Select Page

Offbeat 12 January 2017

What does the future hold? Lots of trolling and negativity, given the prevalence of social media. Yet there is more to it. The smaller dystopia is close to a franchise for discontent.

OK. So, here’s the story so far. Humanity is bursting out the rafters with overpopulation. There isn’t enough food or water to go around. The globe is heating up to the point where nature that everyone depends on is dying off in a really big way. There’s a major war in the Middle East in which all sides seem to be more intent on attacking civilians than one another. And now Eurasia and the so-called West are hurling threats at one another.

Welcome to 2017. Welcome to the global dystopia.

For those of you who aren’t in the genre fiction loop, a dystopia is a ‘community or society that is undesirable or frightening’, according to a couple of online dictionaries. Mostly the word has arisen in genre fiction when vast numbers of writers have tried to lump themselves together in a defining way that makes it easy for people to decide if they want to read that particular sort of gloom, without having to spend time defining what they are reading.

The typical themes are fascism, control of society, environmental catastrophe, dangerous economics and poverty, racism, sexism, rigid class distinction, meritocracy, technocracy, religion and all of the usual stuff that you see in the news, only with the thin veneer of fiction. As one witty bookshop sign put it, “Our dystopian section has now been placed under current events.”

Are you having fun yet?

The important thing about dystopian fiction is that the protagonist doesn’t feel secure and cannot relate to the world around him or her. Think about the fly in the ointment. Our protagonist, the fly, spoils the ointment. But also bear in mind that the ointment spoils life for the fly.

The mismatch of people and the world around them is an interesting, if scary, place to play. Everyone has some degree of mismatch. In order to achieve a desired result with reduced risks, individuals form and associate with groups. However association with the group leads to the imposition of the requirements of the group on the individual. When the group that has imposed the requirement does not achieve the results but continues to enforce the requirements, the individual experiences a dystopia.

Currently, by virtue of global mass media and social networks, individuals have found it easy to associate with a global ambition. Although it is not possible to participate politically in national politics, each component country contributes to global hopes. Now that is falling apart. If you question that, take a look at recent global news, and correlate that to local reaction on social media.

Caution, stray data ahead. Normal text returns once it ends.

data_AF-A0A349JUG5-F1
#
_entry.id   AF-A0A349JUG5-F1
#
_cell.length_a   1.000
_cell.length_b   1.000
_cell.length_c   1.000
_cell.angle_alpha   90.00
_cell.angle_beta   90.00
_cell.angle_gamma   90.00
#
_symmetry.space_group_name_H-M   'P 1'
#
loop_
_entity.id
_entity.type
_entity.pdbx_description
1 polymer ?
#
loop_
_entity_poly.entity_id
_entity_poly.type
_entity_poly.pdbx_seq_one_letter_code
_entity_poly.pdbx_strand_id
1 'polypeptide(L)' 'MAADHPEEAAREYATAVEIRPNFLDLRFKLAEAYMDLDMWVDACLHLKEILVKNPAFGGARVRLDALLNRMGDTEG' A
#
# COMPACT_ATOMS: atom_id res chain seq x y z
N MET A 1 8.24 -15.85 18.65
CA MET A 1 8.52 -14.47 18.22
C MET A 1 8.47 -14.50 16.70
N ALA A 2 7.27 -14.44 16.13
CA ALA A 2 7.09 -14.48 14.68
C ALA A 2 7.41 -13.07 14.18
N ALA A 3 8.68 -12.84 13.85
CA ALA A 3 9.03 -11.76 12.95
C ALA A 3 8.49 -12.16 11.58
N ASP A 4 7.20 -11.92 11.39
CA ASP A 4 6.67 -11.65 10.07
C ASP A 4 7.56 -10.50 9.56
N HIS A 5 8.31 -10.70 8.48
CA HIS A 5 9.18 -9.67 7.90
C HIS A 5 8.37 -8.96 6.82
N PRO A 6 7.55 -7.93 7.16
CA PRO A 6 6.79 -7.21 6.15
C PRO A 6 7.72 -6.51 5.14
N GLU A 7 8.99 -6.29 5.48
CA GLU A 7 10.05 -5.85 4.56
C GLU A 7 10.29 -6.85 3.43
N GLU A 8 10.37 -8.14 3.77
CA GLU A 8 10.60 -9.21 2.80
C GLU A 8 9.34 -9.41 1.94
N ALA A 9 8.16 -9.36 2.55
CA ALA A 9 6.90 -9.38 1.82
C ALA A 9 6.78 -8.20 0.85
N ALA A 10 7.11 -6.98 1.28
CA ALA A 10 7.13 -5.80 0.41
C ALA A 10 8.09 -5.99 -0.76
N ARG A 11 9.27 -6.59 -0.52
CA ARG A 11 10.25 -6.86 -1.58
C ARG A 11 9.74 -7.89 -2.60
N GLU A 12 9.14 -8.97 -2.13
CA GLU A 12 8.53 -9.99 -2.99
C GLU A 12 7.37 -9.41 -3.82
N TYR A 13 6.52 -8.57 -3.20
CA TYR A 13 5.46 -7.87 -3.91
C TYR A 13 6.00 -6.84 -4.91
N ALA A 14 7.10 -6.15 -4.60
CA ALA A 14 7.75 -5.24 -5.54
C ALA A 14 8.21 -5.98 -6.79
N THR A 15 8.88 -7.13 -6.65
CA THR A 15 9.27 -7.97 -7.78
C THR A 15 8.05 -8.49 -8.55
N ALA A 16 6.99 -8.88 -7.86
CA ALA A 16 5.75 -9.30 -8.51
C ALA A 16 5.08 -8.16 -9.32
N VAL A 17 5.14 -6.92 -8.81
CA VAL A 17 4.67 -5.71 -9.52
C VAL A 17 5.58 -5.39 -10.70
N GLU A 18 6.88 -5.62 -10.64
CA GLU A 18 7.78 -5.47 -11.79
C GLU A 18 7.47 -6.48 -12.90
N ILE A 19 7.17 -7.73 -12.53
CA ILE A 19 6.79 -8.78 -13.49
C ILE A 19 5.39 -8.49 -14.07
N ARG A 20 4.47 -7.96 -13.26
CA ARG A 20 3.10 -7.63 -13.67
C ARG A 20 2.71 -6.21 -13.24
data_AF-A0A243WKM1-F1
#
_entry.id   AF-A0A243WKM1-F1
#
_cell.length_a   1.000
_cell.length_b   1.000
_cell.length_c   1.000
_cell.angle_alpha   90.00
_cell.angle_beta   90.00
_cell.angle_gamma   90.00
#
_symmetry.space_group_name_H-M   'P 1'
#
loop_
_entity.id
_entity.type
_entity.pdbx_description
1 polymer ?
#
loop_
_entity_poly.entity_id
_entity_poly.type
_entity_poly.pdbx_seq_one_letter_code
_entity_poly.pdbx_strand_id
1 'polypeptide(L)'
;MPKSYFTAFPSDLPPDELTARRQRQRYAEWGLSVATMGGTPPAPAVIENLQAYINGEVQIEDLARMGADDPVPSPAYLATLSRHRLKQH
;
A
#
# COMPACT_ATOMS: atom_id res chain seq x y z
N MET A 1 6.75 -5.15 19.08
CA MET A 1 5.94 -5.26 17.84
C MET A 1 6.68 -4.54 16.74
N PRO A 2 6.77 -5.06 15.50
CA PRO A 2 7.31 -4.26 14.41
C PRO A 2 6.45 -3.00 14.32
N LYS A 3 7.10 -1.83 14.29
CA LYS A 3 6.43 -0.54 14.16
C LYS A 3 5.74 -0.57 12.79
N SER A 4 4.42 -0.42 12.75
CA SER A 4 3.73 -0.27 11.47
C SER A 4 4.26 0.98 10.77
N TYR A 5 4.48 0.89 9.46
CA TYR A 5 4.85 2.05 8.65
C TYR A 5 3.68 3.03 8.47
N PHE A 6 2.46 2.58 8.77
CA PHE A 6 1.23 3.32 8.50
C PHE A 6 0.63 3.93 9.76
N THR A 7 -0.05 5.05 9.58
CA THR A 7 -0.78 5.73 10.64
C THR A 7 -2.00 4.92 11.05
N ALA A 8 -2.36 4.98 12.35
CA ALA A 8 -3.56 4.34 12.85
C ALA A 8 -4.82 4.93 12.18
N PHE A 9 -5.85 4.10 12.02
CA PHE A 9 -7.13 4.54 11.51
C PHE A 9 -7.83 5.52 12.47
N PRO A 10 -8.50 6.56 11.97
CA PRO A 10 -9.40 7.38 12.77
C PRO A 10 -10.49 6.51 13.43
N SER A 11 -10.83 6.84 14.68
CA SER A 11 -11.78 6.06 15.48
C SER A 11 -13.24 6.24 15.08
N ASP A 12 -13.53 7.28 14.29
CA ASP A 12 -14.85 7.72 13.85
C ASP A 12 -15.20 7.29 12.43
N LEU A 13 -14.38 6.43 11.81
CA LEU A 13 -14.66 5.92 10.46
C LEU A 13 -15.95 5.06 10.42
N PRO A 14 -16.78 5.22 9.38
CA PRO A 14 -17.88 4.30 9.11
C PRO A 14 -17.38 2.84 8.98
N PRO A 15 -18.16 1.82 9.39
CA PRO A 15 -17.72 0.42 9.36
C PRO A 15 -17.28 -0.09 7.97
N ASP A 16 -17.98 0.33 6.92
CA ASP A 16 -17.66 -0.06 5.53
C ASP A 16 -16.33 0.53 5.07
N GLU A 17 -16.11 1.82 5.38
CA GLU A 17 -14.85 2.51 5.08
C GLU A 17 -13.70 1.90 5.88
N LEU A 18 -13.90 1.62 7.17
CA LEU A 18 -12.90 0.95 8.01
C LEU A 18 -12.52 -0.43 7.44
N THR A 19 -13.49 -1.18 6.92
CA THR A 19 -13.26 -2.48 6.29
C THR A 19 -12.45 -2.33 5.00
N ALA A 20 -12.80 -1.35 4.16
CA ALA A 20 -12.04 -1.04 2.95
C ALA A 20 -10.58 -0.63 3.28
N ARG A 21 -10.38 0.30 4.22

Faced with this, however, the individual has to realise that there is limited recourse for impact or satisfaction and probably, given some semblance of sanity, abandon interest in the ideal or ambition to limit further frustration and disappointment. Consider, for instance, the dieback of the global Occupy, 99% and Anonymous movements in popular consciousness. However the ideal, want or need will remain unresolved.

The sensible retreat is to narrow the focus to localized expectation, for instance, don’t rail at global racism, rather focus sensibly on local equity or, more commonly, just troll with the same worn social media junk.

Where the focus narrows to a localized area or smaller field of interest, the same challenge remains: the individual needs to maximize his or her own gains in the face of the group. In other words, there will be friction, and the conditions for a dystopia will arise again.

What does the future hold? Lots of trolling and negativity, given the prevalence of social media. Yet there is more to it. The smaller dystopia is close to a franchise for discontent. Anyone can join. A relatively small number of Salafists is worrying to Germany. And there are other, smaller movements that can inflict mayhem.

With each franchise opportunity for a dystopia, the factor for destabilization increases. So in the absence of a single dystopia, we have to expect fragmented discontent and chaos. And the problems will be localized, and more effective on a local basis.

Expect interesting times, just closer to home.

About The Author

Pierre Maré

Pierre Maré is a multi-awarded Namibian advertising strategist and copy writer. From 2004 to 2016 he wrote a weekly tongue-in-cheek column for the Namibia Economist, eventually amassing an impressive 590 articles over the almost 12-year period. This series of Offbeat is a digital rerun of his pieces that received the highest reader acclaim. - Ed.